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Discussion Starter · #1 ·
I told myself I wasn’t going to do this, but there are still too many out there trying to do things the hard way…so here goes:

I’ve pulled trailers behind every vehicle I’ve owned, and since I’ve owned mostly foreign cars with separate turn signal and brake light circuits since 1972, I decided long ago that the simplest and safest solution was to wire my trailers to comply with the cars; not the other way around. It’s far easier to run two extra wires on any trailer (most have readily accessible wiring as opposed to cars) to two of the classic bullet-style clearance lights which are available with either red or amber lenses. The lenses pop off with a flat bladed screwdriver so that you can interchange the lenses in 20 seconds or less. Replace the bulbs with the next higher wattage ones since brake and turn signals should be brighter than ordinary taillights or clearance lights. The cost so far is at most $10-15.00 for the two lights, two bulbs, some wire (and for the indulgent), two spare lenses in whichever color didn’t come with the lights in the first place.

Let’s not forget that now you’ll need to use a six-pin pigtail connector, since four isn’t enough, and I don’t think they make a five pin version. I’m always promising myself I’ll use the sixth circuit to add backup lights to my trailers, but since I’m basically lazy, I’ve never gotten around to it. Again, if you’re indulgent, buy two pigtail connector sets and you’ve still only spent about $15.00 (why buy two near the end of this saga).

On the Element, I was bemoaning the prospect of tearing nearly half the interior of the vehicle apart, but luckily, common sense came to the rescue. Someone here mentioned accessing the lighting wires directly from the taillight fixtures, and sure enough, remove two bolts on each taillight and there they are at your disposal. And you haven’t even touched (and never will) an interior panel. And don’t disconnect the battery either – your worst mistake will cost 99¢ for a fuse or burned out light bulb. You won’t be killed or burn your Element to the ground.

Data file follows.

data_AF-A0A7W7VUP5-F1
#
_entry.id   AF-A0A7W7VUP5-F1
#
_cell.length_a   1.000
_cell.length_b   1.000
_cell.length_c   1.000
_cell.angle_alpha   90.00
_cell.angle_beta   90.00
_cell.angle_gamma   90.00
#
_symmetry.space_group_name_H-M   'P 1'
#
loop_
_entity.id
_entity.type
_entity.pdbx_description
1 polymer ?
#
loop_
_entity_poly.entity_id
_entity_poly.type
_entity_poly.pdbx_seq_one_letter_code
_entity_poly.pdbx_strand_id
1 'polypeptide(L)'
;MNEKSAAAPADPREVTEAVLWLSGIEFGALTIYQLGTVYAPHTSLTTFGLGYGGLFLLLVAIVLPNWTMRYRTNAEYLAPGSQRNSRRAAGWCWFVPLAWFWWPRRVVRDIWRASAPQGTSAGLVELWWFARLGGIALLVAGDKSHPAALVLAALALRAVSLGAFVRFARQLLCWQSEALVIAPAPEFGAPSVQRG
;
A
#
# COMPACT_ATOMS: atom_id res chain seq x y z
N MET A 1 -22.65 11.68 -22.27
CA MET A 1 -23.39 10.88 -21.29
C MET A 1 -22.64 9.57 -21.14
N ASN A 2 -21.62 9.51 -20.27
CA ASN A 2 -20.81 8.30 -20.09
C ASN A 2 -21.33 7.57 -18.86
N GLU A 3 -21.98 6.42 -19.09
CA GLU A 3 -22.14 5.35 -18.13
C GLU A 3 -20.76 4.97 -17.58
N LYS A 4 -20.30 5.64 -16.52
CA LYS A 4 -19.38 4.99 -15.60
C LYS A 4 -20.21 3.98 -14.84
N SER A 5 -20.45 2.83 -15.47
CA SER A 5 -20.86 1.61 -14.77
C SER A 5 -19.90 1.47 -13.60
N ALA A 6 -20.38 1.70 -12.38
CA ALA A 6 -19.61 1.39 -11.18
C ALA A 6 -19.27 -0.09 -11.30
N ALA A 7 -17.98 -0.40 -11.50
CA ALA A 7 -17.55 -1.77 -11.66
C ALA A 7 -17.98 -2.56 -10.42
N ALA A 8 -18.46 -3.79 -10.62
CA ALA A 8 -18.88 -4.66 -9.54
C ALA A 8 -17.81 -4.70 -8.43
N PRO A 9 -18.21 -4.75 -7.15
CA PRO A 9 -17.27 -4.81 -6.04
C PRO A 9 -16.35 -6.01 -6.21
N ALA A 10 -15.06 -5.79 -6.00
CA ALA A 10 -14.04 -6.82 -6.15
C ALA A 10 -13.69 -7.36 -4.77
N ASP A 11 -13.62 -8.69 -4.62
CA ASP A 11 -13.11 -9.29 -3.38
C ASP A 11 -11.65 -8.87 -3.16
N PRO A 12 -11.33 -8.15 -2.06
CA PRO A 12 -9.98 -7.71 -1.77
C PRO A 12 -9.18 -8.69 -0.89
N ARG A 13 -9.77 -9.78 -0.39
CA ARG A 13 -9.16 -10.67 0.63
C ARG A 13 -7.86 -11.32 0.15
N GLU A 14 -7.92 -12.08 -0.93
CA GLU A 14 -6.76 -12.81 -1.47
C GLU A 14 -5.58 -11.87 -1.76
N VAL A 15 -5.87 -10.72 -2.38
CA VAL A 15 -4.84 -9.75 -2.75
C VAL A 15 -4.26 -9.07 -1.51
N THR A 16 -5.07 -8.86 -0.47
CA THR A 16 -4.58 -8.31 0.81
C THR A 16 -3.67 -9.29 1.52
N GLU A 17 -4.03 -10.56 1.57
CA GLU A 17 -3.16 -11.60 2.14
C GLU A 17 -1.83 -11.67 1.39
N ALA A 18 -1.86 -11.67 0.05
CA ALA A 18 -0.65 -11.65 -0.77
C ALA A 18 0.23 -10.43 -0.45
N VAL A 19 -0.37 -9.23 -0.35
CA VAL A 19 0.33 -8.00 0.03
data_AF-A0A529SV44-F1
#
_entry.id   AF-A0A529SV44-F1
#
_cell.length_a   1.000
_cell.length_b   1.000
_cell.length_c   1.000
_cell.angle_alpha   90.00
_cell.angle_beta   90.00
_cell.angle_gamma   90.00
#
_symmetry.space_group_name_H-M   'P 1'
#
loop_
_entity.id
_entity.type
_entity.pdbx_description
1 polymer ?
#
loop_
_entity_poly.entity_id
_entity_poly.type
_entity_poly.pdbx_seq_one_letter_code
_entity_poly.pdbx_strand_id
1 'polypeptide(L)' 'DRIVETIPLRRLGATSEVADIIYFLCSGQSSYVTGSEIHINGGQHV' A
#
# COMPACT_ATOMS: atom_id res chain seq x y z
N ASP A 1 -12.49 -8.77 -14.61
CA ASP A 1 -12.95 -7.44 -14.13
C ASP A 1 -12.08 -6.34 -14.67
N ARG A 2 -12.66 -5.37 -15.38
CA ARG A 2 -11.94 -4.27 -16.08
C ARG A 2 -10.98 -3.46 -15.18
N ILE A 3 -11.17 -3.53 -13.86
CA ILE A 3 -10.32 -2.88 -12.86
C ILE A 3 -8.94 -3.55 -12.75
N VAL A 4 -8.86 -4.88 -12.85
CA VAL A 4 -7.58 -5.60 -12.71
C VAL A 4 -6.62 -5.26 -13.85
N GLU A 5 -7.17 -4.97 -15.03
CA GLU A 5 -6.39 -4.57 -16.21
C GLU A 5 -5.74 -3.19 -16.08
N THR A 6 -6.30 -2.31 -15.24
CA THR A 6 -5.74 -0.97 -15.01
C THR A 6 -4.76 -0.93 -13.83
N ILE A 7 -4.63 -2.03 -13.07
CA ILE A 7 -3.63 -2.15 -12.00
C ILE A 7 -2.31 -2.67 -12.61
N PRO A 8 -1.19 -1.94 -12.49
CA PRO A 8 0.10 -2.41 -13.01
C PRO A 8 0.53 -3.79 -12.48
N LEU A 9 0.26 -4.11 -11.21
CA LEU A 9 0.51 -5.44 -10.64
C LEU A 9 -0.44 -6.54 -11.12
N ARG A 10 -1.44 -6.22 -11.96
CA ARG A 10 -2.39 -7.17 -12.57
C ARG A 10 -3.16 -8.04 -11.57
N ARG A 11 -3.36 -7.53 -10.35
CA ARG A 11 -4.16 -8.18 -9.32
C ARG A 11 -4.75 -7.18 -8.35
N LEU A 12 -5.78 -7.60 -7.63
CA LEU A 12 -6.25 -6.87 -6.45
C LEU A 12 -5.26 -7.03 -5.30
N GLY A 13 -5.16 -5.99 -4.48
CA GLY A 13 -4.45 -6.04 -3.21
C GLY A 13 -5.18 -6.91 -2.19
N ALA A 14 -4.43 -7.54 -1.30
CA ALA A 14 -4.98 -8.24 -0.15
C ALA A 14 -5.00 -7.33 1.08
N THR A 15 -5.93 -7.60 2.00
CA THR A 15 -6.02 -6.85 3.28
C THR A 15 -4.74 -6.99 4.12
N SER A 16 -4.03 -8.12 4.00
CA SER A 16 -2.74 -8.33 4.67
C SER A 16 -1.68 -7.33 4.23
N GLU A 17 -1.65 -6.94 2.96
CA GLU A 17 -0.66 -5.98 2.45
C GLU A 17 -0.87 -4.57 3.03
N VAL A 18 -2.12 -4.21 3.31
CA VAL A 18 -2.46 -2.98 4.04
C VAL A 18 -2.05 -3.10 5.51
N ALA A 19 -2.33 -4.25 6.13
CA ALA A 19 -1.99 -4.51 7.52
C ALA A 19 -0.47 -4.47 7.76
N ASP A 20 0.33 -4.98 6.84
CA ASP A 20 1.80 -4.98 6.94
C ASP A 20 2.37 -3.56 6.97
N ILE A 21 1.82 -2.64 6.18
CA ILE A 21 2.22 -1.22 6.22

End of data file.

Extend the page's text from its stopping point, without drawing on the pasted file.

Using whatever method you prefer to tap into the exposed wires, I suggest tail and a turn circuit from one side, and brake and the other turn circuit from the other side. These wire pairs run down from the taillight fixtures, behind the rear outer corner moldings, under the tailgate cover flap to a gap between the steel bumper bar and the body itself. Actually, I used the long flat five-wire ribbon from the kit intended for the trailer (the sixth wire is for the ground, and typically shorter – not molded into the long set) and fished it up from underneath to the light fixtures; not the other way around. Peel off the fifth wire because you don’t need it (wait…see next paragraph), and then split the remaining four in half right where it goes into the body and bumper gap.

Since I was thinking as I went on my install, I ended up going through one of the rubber hole plugs into the spare tire well for the ground circuit, but I think in hindsight I’d just use one of the taillight mounting bolts. It’s been about two weeks now, and I can’t remember if they thread into the metal body. Or simpler yet, use the fifth wire and tap the ground circuit from one of the taillight housings. I made the mistake of removing the three screws and removing the tailgate cover flap to see things better. It’s a bear to remove because it’s quite stuck to the rubber molding underneath it, and resetting the molding lip over the bottom edge to put it back properly is just more fiddling than lazy me likes to do.